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Infectious Diseases

Cancer patien exposed to chicken pox

04/29/2002

Question:

My niece came down with chicken pox this morning after being with my sister-in-law all day yesterday. My sister-in-law has cancer and has been getting chemotherepy, although she hasn`t had it for 3 weeks. What kind of danger is she in? She already had chicken pox.

Answer:

It sounds highly likely that your sister-in-law has been exposed to the Varicella-Zoster virus, which causes chicken pox, as person-to-person spread has been well described in the 48 hours before onset of the typical rash. If your sister-in-law has had chicken pox previously, she may still have some protective immunity, but you are correct to be concerned about the fact that she has cancer and has been receiving chemotherapy. Your sister-in-law should call her oncologist immediately for further advice, because if her oncologist recommends that she be given a dose of Varicella-Zoster Immune Globulin (VZIG), this should be given as soon as possible after the exposure (within 96 hours for best protection). In addition, if she develops a chicken pox rash later, her oncologist may want to treat her with acyclovir or a similar drug as soon as possible after the rash appears. Disease will appear within 20 days if it`s going to (28 days if she has received VZIG). Your niece will no longer be infectious when all her blisters are crusted over, and should not visit your sister-in-law again until then (usually 4-5 days). There is a vaccine to prevent chicken pox, but it is not given to people who have already had chicken pox.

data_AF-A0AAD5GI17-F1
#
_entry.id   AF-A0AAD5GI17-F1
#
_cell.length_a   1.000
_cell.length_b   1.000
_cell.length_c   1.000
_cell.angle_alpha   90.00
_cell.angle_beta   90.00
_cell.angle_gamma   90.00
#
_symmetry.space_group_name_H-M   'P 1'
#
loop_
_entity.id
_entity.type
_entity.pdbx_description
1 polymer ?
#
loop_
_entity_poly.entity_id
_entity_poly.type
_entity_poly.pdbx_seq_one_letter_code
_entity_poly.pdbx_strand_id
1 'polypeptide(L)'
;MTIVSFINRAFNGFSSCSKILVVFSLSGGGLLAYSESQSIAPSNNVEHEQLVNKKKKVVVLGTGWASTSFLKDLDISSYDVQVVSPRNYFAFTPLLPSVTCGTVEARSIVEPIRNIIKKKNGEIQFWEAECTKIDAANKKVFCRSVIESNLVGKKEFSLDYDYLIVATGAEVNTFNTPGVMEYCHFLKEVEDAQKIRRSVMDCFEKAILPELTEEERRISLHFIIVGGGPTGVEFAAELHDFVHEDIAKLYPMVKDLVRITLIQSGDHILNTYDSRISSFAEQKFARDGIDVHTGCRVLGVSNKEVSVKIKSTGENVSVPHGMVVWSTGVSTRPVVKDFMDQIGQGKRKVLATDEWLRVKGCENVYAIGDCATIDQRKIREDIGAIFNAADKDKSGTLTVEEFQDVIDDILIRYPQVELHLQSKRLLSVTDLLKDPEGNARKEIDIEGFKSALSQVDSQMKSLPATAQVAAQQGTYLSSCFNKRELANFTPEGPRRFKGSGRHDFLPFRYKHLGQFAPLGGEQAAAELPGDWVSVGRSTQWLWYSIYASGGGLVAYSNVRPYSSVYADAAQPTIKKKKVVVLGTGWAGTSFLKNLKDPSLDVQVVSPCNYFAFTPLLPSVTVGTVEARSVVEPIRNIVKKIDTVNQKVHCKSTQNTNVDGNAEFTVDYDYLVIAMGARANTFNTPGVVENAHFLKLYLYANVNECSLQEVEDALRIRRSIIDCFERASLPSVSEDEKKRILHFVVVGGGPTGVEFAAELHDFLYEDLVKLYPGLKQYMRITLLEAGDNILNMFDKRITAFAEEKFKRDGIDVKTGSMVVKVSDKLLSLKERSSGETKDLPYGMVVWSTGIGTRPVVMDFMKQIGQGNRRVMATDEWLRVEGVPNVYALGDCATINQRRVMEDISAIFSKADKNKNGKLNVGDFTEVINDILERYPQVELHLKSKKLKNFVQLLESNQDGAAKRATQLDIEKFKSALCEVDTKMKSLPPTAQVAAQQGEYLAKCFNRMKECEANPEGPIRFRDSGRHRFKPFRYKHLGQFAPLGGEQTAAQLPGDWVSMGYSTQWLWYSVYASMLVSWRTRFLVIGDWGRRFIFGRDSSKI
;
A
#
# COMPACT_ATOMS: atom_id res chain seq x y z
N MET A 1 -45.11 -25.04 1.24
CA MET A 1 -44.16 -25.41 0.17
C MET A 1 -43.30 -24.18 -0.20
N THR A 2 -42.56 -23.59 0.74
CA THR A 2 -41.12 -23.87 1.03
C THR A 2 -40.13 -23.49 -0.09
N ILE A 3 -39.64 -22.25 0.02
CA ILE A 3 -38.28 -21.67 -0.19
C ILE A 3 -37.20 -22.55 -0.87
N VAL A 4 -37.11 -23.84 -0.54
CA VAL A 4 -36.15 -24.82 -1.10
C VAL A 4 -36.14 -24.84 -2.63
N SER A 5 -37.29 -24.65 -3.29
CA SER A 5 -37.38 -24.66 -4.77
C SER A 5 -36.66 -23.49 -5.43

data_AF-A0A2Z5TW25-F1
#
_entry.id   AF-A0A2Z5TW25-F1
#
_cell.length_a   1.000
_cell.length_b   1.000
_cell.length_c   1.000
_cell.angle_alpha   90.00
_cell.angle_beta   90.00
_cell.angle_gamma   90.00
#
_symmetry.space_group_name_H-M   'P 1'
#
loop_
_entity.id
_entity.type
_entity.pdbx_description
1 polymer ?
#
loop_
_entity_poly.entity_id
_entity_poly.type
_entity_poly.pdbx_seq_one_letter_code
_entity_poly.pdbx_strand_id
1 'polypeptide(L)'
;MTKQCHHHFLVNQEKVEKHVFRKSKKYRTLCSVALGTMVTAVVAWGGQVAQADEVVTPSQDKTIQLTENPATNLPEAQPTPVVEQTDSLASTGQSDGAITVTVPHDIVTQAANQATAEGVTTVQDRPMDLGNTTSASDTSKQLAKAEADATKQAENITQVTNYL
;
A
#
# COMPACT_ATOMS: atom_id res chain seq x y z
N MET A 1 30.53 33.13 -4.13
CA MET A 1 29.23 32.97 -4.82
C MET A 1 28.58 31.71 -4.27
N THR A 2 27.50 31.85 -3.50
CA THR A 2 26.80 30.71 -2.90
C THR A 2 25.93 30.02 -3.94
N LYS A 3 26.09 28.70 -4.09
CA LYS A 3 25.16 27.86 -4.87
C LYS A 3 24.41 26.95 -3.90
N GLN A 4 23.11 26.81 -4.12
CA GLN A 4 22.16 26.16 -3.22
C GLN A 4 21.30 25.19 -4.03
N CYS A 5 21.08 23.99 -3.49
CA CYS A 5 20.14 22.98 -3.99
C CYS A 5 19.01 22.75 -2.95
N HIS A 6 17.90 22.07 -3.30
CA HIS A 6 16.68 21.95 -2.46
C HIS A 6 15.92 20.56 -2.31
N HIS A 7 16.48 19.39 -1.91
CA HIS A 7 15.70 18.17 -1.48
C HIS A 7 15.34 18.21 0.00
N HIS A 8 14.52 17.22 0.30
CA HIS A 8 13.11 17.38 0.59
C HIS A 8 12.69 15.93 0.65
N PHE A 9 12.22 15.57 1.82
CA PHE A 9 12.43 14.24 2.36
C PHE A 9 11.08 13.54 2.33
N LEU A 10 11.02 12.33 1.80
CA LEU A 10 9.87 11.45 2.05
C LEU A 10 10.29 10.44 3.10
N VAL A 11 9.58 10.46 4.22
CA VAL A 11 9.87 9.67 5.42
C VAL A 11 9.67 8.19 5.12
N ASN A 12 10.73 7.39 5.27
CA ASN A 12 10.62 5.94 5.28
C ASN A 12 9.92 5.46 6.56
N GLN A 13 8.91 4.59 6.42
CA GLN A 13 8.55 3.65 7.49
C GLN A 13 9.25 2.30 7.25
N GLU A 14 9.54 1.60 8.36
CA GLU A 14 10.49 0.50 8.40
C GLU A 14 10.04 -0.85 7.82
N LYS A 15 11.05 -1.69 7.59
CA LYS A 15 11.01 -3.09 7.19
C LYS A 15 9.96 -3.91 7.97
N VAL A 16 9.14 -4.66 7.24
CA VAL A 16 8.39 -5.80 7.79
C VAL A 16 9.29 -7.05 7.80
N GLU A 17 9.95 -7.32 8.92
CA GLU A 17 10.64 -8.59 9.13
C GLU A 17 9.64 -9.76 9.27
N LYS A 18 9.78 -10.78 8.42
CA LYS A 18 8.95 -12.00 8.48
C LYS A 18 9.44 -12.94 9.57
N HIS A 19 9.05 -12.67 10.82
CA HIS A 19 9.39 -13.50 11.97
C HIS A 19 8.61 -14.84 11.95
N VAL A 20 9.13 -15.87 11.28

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Response by:

Lisa A Haglund, MD Lisa A Haglund, MD
Associate Professor of Clinical Medicine
College of Medicine
University of Cincinnati